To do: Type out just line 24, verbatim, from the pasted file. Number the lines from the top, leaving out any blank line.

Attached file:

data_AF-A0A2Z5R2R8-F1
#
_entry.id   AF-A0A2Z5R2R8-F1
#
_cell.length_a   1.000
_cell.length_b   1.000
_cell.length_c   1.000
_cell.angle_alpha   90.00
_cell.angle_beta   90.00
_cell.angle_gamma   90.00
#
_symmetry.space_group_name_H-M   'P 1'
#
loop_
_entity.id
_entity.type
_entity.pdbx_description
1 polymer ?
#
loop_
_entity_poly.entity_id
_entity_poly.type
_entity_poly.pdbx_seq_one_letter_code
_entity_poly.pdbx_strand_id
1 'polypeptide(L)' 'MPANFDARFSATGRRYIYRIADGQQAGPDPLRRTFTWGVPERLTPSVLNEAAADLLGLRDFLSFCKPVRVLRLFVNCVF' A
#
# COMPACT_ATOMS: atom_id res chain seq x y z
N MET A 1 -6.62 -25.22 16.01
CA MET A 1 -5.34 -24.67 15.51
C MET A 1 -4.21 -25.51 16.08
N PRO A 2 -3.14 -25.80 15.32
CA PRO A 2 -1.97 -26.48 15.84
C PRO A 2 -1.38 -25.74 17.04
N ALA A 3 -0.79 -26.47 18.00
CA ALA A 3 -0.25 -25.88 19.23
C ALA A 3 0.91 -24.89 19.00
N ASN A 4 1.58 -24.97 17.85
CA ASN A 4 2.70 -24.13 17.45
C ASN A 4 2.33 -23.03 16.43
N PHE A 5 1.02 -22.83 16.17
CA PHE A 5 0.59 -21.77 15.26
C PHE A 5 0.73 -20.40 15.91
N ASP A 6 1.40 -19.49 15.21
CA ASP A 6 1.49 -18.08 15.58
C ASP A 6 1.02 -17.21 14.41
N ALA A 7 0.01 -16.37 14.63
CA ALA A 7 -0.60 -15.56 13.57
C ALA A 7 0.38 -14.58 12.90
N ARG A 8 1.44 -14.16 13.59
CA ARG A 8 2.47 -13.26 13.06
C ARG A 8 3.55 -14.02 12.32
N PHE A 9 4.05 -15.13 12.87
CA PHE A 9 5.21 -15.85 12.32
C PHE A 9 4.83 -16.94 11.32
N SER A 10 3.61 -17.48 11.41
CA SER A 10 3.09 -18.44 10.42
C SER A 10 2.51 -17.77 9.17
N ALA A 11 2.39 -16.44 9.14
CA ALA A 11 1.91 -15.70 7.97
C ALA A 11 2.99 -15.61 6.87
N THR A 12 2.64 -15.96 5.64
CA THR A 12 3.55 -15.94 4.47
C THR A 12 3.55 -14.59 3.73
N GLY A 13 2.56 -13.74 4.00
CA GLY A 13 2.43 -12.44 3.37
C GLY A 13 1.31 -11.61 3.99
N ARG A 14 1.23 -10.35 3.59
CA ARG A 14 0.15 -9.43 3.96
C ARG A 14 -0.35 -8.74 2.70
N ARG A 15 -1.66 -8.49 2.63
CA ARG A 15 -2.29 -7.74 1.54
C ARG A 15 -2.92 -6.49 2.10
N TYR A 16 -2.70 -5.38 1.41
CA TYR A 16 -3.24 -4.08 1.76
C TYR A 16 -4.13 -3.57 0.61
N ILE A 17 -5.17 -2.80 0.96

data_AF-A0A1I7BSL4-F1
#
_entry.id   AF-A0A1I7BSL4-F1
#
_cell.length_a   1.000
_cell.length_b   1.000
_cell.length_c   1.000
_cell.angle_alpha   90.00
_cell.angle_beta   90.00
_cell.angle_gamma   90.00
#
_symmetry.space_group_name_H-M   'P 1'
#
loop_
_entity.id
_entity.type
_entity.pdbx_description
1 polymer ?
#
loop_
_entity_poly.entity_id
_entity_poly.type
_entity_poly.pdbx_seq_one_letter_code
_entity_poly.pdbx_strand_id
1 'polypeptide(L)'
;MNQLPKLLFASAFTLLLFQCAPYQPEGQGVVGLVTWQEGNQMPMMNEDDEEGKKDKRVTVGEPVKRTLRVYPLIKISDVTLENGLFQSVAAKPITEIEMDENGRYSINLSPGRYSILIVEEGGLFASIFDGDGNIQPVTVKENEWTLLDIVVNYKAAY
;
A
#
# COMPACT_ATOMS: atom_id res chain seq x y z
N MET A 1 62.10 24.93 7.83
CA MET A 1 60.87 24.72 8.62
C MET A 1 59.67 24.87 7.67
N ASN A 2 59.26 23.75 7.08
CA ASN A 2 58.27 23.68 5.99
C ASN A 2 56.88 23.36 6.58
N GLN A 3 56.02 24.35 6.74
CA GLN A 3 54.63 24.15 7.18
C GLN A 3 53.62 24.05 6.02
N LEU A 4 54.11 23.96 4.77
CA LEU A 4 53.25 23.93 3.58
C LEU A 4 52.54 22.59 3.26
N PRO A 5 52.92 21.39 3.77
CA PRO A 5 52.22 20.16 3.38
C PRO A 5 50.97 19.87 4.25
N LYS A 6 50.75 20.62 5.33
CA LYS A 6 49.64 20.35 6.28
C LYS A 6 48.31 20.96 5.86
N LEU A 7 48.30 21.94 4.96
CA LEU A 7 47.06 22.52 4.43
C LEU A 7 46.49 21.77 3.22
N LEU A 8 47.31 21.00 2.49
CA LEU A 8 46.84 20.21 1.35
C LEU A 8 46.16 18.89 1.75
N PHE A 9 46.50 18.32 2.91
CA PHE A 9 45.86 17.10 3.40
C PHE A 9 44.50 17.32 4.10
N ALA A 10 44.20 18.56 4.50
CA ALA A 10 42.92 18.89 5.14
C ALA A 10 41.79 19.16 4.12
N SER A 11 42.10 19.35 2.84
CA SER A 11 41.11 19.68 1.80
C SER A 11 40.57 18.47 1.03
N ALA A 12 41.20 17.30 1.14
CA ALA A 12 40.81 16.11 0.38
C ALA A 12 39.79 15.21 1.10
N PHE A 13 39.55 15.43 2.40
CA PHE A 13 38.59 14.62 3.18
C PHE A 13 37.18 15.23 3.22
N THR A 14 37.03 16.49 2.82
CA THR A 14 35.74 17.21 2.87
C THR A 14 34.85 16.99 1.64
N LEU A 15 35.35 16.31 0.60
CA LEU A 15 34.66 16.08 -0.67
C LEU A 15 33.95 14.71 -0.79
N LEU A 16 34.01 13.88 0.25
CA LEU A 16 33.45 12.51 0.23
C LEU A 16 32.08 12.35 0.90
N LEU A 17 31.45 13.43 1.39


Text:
_entity_poly.pdbx_strand_id